By Alexandra SheaOctober 16, 2019
Earlier this year renowned wildlife biologist Angela Nicole Chadwick-Hawkins passed away while working on Fort Jackson's training grounds. Known to many as the "woodpecker lady" and her preferred name "Nicole Hawkins", she was best known for her efforts to bring the red-cockaded woodpecker population back from the endangered species list. During her memorial, Family members, friends and the people she worked with said losing her has left a void that can never be filled.
As those closest to her continue their healing process, many have taken the time since her death as an opportunity to continue her work both as a wildlife biologist and as an advocate for women in a field of study often dominated by men.
One coworker and close friend, Josh Arrants from Kalispell, Montana, took the opportunity to remember Hawkins by working with Sara Green, executive director of the South Carolina Wildlife Federation, to establish a scholarship in her name geared to further assist women studying in the field of biology.
"Nicole Chadwick's passing was a devastating loss for South Carolina's wildlife conservation community," Green said in a press release. "Honoring her legacy with the new memorial fund will ensure SCWF can continue to empower students who are pursuing environmental fields. Education remains a top priority within SCWF's mission because we recognize wildlife habitat conservation depends on future generations."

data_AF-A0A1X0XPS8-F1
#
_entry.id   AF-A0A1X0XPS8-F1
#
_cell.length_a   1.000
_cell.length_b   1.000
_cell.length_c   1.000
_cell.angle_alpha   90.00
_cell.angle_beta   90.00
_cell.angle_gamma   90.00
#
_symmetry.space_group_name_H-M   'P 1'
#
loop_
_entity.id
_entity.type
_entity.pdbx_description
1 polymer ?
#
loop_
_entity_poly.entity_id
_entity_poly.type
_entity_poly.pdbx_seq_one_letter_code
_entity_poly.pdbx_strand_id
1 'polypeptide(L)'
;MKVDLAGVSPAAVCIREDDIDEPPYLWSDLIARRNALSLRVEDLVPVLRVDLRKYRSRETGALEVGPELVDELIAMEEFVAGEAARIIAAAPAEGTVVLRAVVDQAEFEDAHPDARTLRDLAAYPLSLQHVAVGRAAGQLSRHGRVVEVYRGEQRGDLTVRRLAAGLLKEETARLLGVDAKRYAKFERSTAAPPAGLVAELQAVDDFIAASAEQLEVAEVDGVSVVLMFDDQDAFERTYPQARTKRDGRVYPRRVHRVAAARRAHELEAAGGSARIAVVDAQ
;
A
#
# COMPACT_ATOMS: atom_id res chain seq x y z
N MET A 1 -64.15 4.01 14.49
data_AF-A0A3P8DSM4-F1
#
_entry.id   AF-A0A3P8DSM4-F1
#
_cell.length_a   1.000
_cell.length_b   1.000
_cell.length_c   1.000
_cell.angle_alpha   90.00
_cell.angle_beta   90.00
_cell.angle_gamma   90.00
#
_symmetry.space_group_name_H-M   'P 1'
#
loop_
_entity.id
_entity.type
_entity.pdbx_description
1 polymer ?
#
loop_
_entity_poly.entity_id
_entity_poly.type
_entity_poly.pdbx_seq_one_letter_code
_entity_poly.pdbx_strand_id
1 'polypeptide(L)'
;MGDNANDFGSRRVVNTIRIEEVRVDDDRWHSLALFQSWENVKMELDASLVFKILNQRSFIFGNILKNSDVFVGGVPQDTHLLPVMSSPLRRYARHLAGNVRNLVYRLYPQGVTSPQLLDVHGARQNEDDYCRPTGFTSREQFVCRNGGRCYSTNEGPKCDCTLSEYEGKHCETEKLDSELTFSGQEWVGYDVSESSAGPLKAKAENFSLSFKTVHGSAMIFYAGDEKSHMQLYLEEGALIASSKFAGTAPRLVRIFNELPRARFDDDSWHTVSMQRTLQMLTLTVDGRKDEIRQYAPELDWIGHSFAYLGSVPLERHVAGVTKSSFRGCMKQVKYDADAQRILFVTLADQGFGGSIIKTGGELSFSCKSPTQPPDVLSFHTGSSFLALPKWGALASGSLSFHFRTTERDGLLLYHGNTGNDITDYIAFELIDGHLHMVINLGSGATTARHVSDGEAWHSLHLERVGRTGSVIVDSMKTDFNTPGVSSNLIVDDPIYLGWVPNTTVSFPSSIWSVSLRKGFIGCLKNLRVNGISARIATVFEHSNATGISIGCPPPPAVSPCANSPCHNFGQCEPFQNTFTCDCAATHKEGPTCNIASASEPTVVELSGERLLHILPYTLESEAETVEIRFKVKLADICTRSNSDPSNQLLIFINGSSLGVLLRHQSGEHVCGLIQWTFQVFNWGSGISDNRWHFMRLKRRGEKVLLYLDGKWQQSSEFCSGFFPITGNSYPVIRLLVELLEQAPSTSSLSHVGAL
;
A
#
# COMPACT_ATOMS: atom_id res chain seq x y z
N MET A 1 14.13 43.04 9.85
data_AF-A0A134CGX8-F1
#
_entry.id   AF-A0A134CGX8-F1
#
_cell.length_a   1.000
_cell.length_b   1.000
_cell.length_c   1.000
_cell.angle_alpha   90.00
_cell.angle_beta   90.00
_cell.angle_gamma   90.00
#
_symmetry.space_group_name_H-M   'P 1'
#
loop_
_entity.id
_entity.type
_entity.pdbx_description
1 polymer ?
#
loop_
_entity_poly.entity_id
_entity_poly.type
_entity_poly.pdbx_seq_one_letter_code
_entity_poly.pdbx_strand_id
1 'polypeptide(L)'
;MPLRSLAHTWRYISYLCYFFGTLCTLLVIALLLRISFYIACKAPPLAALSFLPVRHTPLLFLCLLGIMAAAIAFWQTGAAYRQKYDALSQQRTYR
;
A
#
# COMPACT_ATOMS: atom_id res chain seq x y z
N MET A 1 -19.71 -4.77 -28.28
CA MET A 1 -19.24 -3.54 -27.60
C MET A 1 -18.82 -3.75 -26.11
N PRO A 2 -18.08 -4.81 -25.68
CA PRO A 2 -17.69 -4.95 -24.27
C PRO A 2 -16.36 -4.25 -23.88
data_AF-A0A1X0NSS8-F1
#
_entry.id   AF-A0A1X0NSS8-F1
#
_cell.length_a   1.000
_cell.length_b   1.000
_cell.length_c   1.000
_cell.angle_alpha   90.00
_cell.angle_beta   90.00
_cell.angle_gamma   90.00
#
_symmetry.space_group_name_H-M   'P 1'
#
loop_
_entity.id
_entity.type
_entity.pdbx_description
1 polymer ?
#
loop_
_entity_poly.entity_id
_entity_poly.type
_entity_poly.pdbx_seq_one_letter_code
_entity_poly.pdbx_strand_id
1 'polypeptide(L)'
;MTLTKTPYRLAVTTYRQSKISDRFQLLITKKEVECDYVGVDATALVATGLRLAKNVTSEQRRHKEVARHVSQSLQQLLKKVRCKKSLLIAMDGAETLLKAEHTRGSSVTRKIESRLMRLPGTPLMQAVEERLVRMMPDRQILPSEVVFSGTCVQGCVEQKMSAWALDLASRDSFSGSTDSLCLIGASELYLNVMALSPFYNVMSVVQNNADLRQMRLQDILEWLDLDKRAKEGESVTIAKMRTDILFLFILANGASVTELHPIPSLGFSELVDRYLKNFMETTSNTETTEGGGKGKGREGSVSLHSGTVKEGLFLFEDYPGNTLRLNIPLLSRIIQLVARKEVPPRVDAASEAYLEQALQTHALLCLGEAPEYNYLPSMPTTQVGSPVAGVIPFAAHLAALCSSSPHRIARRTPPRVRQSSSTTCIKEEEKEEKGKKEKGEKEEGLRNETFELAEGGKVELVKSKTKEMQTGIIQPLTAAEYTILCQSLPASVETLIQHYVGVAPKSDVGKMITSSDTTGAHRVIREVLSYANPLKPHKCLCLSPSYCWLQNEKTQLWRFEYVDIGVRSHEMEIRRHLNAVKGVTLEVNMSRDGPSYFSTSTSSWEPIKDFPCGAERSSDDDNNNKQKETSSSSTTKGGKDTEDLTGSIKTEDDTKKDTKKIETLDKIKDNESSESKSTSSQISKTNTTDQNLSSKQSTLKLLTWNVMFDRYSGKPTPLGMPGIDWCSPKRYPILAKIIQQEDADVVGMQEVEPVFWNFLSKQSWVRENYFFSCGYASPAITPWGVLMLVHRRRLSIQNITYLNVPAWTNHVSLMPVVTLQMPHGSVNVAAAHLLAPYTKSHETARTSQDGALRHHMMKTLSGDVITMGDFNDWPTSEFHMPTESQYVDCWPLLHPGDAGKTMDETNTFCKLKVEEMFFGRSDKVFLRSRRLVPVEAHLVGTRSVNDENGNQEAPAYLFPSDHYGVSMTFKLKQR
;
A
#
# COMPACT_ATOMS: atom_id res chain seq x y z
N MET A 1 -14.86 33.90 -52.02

The scholarship will offer full-time students an opportunity to compete for a $500 scholarship. Requirements to compete for the scholarship includes completing an online application that addresses a student's educational goals, career focus, employment, volunteer experience and a short letter of recommendation from a supporting faculty member.
The deadline for scholarship applications is October 31. Applications will be reviewed for eligibility and selection and selectees will be announced in January 2020.
"I'm extremely passionate about the scholarship, Nicole was a dear friend of mine. We called each other brother and sister even though we weren't related," Arrants said. "She contributed so much to the natural resources, conservation, and the environment in South Carolina that I felt it was integral to honor her legacy and to help the next generation of conservationists and wildlife biologists."
Hawkins was also known for being a fierce friend. During her June memorial ceremony held at Fort Jackson, many friends and coworkers spoke of her nature and character, often referred to her as a sister without having any familial ties.
"She was the greatest boss you could have dreamed of working for. She was singularly responsible for opening doors and providing opportunities for me as a professional and a person," Arrant said. "How can we make something positive out of such a tragic loss? I have been fortunate to team up with SCWF and assisting the next generation of female conservationists."
While the deadline for the scholarship is approaching, the scholarship is reoccurring and will be available for future opportunities until funding is depleted. For more information or to apply for the SCWF Nicole Chadwick Memorial Scholarship Fund, visit http://www.scwf.org/chadwick-fund.